Cutting police budget a risky move
As city council debates the 2010 operating budget this week, it is important to recognize a necessary anomaly in this year’s budget: the Toronto Police.
Many have questioned the Police Services Board’s decision not to follow several other divisions of the city to cut 5 per cent of their budget, opting instead for a 3.9 per cent increase.
With over 90 per cent of this year’s police budget going towards salaries, the police budget is justified on many levels. It is important to note, however that the budget increase will not be sufficient to allow the police chief to maintain the appropriate number of recruitment classes this year, which will place additional pressure on next year’s budget.
This year’s police budget is being helped by a cash infusion of $1.8 million from the federal government to hire 42 transit cops to mitigate the potential risks to public safety on the subway system. Considering that the number of Toronto police officers per capita is approximately 10 per cent less than Montreal’s police force, the city must find the means to continue to increase the number of uniformed officers patrolling our streets and neighbourhoods in order to maintain the public’s trust and confidence for a safe city.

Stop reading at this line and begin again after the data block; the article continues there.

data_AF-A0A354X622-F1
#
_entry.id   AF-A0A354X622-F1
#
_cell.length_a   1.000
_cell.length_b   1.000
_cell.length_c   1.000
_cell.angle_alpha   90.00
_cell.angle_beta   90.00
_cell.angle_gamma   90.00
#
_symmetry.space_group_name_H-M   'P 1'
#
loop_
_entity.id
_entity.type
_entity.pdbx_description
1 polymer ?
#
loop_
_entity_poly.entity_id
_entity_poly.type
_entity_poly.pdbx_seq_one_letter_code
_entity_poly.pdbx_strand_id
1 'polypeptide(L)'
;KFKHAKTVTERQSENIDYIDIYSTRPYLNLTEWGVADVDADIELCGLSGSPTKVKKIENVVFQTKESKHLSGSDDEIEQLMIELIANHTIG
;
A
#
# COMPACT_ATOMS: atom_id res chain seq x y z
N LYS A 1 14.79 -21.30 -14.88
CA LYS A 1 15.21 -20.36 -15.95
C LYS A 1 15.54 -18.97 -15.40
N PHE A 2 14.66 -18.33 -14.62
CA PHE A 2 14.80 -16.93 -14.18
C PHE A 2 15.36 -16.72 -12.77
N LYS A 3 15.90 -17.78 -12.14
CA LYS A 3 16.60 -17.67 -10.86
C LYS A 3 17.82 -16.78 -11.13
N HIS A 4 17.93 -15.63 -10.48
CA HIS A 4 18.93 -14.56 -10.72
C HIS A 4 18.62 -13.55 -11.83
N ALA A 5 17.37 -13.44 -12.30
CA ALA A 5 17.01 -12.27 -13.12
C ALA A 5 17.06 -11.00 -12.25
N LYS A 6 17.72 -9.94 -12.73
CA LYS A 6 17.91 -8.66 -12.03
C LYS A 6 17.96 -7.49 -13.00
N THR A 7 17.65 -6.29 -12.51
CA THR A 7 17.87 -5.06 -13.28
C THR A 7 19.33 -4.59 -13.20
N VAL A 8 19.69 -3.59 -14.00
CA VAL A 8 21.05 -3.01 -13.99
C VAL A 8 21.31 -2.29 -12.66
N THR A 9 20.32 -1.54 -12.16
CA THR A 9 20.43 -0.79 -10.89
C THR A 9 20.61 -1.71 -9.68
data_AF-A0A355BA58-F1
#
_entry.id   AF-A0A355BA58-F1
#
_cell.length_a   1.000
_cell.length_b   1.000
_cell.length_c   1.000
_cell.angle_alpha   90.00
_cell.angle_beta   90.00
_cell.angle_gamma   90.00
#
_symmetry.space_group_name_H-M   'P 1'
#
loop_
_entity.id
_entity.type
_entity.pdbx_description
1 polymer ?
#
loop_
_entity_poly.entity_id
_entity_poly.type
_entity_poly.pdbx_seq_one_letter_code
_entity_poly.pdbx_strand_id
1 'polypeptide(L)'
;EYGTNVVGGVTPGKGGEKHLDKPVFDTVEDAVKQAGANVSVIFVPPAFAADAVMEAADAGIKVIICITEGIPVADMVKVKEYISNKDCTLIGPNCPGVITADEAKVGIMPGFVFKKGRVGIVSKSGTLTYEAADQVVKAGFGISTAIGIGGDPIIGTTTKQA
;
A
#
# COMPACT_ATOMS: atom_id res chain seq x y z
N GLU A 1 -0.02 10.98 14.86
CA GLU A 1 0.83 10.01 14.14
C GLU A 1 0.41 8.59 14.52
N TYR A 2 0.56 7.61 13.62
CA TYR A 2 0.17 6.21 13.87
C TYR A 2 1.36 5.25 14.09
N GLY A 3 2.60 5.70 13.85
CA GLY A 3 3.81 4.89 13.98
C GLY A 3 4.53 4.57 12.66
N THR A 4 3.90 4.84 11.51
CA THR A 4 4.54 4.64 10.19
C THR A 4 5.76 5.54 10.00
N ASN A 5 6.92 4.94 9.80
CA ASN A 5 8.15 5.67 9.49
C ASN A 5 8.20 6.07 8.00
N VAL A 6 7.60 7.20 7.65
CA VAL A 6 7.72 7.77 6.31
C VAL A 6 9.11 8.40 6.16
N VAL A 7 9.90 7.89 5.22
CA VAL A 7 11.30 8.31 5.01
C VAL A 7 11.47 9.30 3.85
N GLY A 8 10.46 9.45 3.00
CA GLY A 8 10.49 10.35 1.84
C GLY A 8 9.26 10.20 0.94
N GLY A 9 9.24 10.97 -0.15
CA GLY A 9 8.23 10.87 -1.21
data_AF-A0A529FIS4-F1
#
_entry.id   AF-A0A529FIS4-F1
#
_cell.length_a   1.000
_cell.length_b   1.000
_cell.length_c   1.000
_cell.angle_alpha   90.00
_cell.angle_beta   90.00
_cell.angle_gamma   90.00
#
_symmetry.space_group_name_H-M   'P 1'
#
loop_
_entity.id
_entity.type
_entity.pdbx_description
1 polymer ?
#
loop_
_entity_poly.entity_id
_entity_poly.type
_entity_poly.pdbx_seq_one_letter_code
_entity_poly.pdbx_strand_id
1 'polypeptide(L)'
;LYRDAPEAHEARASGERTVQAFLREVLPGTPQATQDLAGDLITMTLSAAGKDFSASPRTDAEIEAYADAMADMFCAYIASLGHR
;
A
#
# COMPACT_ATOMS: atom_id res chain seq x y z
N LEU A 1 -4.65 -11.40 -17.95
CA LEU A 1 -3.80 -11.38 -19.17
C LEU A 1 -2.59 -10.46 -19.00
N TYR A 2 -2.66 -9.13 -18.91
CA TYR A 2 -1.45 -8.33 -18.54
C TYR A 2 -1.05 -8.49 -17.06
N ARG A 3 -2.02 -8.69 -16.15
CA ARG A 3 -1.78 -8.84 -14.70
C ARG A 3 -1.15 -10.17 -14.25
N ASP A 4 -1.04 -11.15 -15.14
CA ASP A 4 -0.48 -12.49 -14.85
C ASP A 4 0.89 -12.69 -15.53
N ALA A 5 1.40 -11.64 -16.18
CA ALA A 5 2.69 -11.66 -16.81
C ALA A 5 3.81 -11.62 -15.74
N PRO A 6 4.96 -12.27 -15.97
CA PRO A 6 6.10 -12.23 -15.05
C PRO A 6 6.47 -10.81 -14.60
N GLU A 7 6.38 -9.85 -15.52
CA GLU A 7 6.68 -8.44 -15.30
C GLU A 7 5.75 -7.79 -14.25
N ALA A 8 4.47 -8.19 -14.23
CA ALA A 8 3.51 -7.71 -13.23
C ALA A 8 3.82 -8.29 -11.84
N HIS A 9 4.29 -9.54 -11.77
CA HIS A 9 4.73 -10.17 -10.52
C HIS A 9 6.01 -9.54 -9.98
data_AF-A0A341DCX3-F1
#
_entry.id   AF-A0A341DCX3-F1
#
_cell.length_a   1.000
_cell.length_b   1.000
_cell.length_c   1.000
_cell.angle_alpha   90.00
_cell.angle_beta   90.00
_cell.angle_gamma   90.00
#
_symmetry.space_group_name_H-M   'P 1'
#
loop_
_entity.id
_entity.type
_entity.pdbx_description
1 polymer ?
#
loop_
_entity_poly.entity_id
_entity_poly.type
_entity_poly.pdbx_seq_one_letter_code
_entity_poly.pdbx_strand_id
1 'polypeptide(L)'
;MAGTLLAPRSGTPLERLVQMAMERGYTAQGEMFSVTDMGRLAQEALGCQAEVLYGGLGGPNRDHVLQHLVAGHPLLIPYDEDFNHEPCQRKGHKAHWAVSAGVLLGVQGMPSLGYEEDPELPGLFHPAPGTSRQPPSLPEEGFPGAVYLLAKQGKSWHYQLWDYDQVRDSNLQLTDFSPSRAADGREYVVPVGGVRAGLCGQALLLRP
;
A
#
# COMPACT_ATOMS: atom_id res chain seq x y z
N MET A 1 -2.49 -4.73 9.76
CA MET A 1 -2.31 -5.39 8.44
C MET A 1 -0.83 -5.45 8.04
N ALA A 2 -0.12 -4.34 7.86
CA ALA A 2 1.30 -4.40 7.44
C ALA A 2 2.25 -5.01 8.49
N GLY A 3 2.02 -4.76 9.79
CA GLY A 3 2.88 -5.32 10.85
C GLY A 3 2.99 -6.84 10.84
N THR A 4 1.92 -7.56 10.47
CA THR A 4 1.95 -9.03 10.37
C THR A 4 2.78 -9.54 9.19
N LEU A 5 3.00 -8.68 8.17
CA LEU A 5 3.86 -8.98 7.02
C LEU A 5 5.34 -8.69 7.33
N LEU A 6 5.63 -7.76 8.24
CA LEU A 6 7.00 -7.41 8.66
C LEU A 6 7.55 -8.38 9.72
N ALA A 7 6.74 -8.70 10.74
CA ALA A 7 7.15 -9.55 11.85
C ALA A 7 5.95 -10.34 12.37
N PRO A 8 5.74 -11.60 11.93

Some will point to recent crime statistics in Toronto that show a reduction in crime over several major indicators. However, we should not be persuaded by these statistics. Toronto still faces several challenges to public safety, including organized crime, gang activity and terrorist threats.
Policing is one of the most fundamental components of our city. The Police Services Board and the city need to ensure that they continue to maintain the necessary number of officers in Toronto in order to keep our community safe. Every single police officer contributes to a safer city, and the delay, or reduction in the number of officers will undoubtedly put our city at risk.